Some recidivist grooms have married three or four times, managing to flee safely each time, according to Kaur.
In the majority of cases local police favour the husband’s family. In some, they take five to six years even to register a formal complaint.
Since 2002, only a fraction of the 15,000 victims have managed to lodge cases, and only after bringing extreme pressure and influence to bear on the authorities. Bribes, too, have helped.
Police officials in state capital Chandigarh privately concede that such cases are difficult, if not impossible, to investigate. The reason for this is that, once the offending groom has left the country, his extradition, in the rare event of his being found guilty, is given little priority.
There have also been instances of overseas Punjabi grooms taking their wives back and insuring them for large sums, only to have them murdered to claim the indemnity.
India’s tortuously slow and corrupt legal and police investigation structure has been viewed as a form of insurance against being caught, although since the mid-1990s a handful of convictions have been achieved under pressure from overseas authorities.
“Settling abroad is a major goal of most Punjabis,” says Dr Pramod Kumar of the Institute for Development and Communication in Chandigarh.
Rising unemployment and shrinking land holdings in Punjab’s predominantly agricultural economy has over decades fed the flood of emigration to the West.
The Punjabi diaspora, especially those in Europe and North America, followed the first wave of migrants, mainly enterprising and industrious Sikhs, after the second World War. Many of these flourished financially, and then sponsored their relatives to join them.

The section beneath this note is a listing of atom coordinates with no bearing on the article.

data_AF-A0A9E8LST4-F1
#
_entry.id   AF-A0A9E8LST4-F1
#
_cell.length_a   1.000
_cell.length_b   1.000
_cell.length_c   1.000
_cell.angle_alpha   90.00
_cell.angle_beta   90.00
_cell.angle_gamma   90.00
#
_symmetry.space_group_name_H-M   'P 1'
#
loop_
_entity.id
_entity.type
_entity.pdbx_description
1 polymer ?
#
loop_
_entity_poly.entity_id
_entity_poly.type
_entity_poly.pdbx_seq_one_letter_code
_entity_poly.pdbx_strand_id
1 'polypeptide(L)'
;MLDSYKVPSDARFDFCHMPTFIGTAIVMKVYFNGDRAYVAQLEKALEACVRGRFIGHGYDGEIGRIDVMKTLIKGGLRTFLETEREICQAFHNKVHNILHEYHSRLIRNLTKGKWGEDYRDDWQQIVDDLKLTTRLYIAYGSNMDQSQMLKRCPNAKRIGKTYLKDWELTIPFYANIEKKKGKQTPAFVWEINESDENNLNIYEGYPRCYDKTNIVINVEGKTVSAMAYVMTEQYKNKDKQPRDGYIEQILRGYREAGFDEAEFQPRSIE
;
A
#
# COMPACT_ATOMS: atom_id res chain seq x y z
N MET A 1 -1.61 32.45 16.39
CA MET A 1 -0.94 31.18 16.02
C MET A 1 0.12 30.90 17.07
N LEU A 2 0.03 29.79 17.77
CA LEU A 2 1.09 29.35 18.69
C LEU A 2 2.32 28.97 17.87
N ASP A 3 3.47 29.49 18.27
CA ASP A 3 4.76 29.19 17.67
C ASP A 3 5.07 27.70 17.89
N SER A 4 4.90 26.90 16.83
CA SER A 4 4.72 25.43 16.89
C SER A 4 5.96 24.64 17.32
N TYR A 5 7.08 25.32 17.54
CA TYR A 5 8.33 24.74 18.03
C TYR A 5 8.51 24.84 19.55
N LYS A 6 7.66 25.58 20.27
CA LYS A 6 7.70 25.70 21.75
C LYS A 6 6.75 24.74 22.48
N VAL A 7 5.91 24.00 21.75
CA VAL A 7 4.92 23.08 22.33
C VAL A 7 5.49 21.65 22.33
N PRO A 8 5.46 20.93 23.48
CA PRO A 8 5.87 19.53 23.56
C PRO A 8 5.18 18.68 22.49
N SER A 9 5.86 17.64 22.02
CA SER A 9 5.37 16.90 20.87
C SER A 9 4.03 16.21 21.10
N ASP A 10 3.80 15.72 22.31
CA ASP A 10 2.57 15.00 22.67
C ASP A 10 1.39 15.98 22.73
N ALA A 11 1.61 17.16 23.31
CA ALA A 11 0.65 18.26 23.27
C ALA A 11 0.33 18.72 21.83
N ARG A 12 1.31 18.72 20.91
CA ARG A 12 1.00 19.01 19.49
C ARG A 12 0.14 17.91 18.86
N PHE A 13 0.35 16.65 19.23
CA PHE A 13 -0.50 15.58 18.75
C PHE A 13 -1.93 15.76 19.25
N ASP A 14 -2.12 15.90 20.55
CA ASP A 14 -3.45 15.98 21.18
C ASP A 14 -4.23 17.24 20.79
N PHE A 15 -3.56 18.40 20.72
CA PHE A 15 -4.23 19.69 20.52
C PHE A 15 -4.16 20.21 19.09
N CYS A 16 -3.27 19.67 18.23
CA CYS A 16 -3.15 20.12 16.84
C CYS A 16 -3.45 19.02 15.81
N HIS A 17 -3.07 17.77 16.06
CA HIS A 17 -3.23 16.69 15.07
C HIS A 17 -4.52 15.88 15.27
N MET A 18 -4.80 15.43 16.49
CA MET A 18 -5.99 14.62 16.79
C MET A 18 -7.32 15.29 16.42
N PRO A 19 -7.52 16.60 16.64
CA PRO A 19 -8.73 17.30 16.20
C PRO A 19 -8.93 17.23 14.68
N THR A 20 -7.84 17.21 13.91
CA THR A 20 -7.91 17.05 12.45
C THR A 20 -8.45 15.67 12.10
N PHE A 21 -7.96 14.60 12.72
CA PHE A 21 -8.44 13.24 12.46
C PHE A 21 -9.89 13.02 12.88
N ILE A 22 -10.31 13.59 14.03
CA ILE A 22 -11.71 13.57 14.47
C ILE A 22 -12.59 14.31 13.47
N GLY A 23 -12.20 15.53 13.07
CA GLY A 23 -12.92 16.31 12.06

The appeal of the West accounts largely for parents’ keenness to marry their daughters to non-resident Punjabis, even though many are reportedly aware of the potential risk.
“They [parents] remain willing to chance it as the bride is considered an avenue to somehow get their sons overseas,” says Kaur.
But the social stigma of a forsaken wife, exacerbated if she has a child, is particularly high in Punjab’s traditionalist, male-dominated society.
Women are widely considered an economic liability as they need to be married off after payment of substantial dowries.
Female foeticide is frequent in Punjab, which has 793 girls for every 1,000 boys (compared to a national average of 927 to 1,000).
Once abandoned, brides become even more of a drain on their families, as social prejudices make remarriage unlikely.
“A woman who has been abandoned by her non-resident husband and returns home to her parents’ home is not welcome,” says Balwant Singh Ramoowalia, former federal social welfare minister and head of the People’s Welfare Society, which works to redress the wrongs done to Punjabi women.
In addition to the stigma suffered by abandoned wives, children from such unions often face prejudice in the school system.
“Though social awareness programmes have been launched to educate people . . . and the government lobbied to adopt more stringent laws, progress has been incremental” says Kaur.
Source: Irish Times